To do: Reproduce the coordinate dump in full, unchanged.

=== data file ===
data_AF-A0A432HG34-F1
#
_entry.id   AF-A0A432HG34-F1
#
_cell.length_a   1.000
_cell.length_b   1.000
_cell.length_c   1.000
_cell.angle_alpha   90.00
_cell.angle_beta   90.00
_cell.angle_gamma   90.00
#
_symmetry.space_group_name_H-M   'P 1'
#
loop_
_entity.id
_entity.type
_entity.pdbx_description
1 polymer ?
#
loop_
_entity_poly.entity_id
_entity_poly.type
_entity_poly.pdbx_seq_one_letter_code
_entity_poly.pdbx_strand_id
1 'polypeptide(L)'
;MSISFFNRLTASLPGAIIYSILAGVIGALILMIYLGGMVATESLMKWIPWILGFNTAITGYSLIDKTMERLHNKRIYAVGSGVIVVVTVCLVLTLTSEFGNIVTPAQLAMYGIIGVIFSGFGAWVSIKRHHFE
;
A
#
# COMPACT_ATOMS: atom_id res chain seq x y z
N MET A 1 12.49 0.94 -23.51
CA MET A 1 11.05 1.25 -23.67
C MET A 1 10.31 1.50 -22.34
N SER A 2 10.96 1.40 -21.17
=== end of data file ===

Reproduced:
data_AF-A0A432HG34-F1
#
_entry.id   AF-A0A432HG34-F1
#
_cell.length_a   1.000
_cell.length_b   1.000
_cell.length_c   1.000
_cell.angle_alpha   90.00
_cell.angle_beta   90.00
_cell.angle_gamma   90.00
#
_symmetry.space_group_name_H-M   'P 1'
#
loop_
_entity.id
_entity.type
_entity.pdbx_description
1 polymer ?
#
loop_
_entity_poly.entity_id
_entity_poly.type
_entity_poly.pdbx_seq_one_letter_code
_entity_poly.pdbx_strand_id
1 'polypeptide(L)'
;MSISFFNRLTASLPGAIIYSILAGVIGALILMIYLGGMVATESLMKWIPWILGFNTAITGYSLIDKTMERLHNKRIYAVGSGVIVVVTVCLVLTLTSEFGNIVTPAQLAMYGIIGVIFSGFGAWVSIKRHHFE
;
A
#
# COMPACT_ATOMS: atom_id res chain seq x y z
N MET A 1 12.49 0.94 -23.51
CA MET A 1 11.05 1.25 -23.67
C MET A 1 10.31 1.50 -22.34
N SER A 2 10.96 1.40 -21.17